NEW FACES

Meet Daniela Melchior, Unlikely New Hero of The Suicide Squad

Courtesy of Daniela Melchior. Special thanks to Polaroid.

To say that Daniela Melchior’s chances were slim when she sent in an audition tape to play the rodent pied piper Ratchcatcher 2 in The Suicide Squad, which just hit both theaters and HBO Max, would be an understatement. For starters, the 24-year-old up-and-comer only did so out of fear that her manager would fire her. “I was really, really new in the industry, so I thought that would be possible,” she recalls with a laugh over Zoom.

Still wondering if it was a ploy to attract viewers in her native Portugal, Melchior eventually showed up to the screen test in what her managers guessed was Stateside protocol: full glam. The moment she walked in, director James Gunn and producer Peter Safran later told her, the pair “looked at each other and were like, ‘No.’” It turns out Melchior’s first-ever departure from her bare-faced, toned-down appearance at auditions was an unfortunate fit for a superhero whose secret power is literally to harness the power of sewer rats.

Fortunately, Gunn and Safran were adhering to the mindset that there are two types of people in the world: those who would sooner perish than come into constant physical contact with rodents, and those who wouldn’t so much as blink an eye. Melchior immediately made it clear she fell into the latter category. It wasn’t until months later, when Gunn tagged her in a tweet, that Melchior learned that she was just one of three out of the hundreds to make it to the final hurdle to becoming Cleo Cazo, aka Ratcatcher 2. Up next: the “making sure she was okay chilling with rats” test.

Prior to The Suicide Squad, Melchior had only ever acted in Portuguese-language projects, starting with a role on the award-winning telenovela Mulheres (Women) at age 17. From there came a string of Portuguese TV shows and films, most prominently in 2018’s Parque Mayer and as the voice of Spider-Woman in the Portuguese version of Spider-Man: Into the Spider-Verse. Still, Melchior had next to no experience with doing publicity. “We don’t have that star system that there is in the United States,” Melchior says. “I can be the actress who’s working all the time, but who is not that popular. I can go take public transportation and people still ask, Is she Daniela? No, she wouldn't take the bus.”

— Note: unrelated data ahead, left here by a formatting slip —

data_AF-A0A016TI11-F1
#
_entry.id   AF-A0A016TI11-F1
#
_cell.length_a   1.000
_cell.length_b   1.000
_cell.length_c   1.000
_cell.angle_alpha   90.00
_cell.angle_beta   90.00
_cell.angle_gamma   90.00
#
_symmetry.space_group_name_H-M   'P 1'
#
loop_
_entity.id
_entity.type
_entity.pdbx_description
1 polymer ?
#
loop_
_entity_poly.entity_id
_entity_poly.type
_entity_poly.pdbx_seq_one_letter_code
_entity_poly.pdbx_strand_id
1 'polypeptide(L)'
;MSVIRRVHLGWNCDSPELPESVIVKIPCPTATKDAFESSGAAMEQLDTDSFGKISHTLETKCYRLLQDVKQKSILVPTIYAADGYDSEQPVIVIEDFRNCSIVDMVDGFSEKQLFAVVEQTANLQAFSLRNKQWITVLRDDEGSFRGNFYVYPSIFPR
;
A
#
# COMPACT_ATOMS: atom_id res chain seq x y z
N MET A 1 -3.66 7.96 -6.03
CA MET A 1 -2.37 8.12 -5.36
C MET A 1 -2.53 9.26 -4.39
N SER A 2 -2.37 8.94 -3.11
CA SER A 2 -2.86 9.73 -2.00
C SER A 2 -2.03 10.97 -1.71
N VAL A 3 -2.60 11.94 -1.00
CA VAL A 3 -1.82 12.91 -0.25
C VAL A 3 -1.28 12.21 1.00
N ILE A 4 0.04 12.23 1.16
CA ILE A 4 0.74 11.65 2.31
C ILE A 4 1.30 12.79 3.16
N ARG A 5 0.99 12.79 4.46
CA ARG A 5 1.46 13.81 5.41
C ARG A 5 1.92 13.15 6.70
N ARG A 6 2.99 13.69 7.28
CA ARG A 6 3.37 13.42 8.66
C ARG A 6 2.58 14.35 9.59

Courtesy of Daniela Melchior. Special thanks to Polaroid.

While her next English-language project is still under wraps, things are changing after her DC debut. Twenty minutes before we talk, which was about three weeks before the film hit theaters, I checked her Twitter and saw that she had just posted a plea for anyone in New York City to send her a closer look at the Suicide Squad posters that had just hit Times Square. It was her first billboard, after all. And even if she’s one of the smallest figures pictured—her face completely obscured by a gas mask—Ratcatcher 2 is no tertiary character. Melchior ends up with just about as much screen time as headliner Margot Robbie’s Harley Quinn.

Courtesy of Daniela Melchior. Special thanks to Polaroid.

Melchior vividly recalls stepping out with Robbie while filming in Panama, and looking on in shock at how comfortable her costar was with fame. On set, though, she spent most of her time not with Robbie, but with rats. While many of the creatures are CGI, the one that’s always perched on Ratcatcher 2’s shoulder, Sebastian, was an actual rat actor—in fact, one of three real-life creatures named Jaws, Squeaky, and Crisp Ratt (Gunn’s nod to Marvel universe star Chris Pratt). “Every time I could, when it wouldn’t be dangerous for him, I asked for the rat,” Melchior recalls.

Courtesy of Daniela Melchior. Special thanks to Polaroid.

When the action scaled up, she filmed with either CGI or a stuffed animal that was so realistic, it occasionally had her cast members spooked. The human actors largely chose to stay clear of the rodents on set, Idris Elba chief among them. But it was a piece of cake for Melchior, after having already shot a scene with a live serpent on Portuguese TV. “If I can shoot with snakes, everything else will be peanuts.”

Special thanks to Polaroid.